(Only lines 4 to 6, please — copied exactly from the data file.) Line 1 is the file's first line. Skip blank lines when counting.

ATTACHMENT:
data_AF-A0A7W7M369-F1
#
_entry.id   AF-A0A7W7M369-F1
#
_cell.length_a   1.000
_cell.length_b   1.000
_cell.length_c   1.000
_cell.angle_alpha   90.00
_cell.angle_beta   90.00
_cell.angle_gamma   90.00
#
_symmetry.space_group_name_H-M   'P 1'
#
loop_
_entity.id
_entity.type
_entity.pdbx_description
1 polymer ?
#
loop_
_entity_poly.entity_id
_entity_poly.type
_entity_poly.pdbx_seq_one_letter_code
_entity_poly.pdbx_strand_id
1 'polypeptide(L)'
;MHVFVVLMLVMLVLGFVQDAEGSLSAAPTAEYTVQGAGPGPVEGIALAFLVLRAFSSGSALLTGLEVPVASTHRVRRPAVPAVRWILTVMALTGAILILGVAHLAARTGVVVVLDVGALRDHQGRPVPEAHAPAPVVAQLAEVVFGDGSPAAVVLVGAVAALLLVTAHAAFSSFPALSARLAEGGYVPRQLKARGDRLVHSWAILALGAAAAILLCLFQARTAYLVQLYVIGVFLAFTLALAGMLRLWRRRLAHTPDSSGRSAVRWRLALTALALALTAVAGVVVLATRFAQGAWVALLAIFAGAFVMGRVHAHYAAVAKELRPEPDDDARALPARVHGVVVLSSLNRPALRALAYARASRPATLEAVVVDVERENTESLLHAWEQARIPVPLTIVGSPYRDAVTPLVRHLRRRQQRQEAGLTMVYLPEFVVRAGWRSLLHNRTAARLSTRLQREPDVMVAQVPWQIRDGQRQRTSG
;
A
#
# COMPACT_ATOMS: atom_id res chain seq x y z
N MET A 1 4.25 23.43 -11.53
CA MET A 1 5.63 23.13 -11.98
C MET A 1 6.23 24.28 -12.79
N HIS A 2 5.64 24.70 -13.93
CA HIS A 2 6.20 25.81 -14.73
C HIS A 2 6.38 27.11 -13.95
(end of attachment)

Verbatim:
#
_cell.length_a   1.000
_cell.length_b   1.000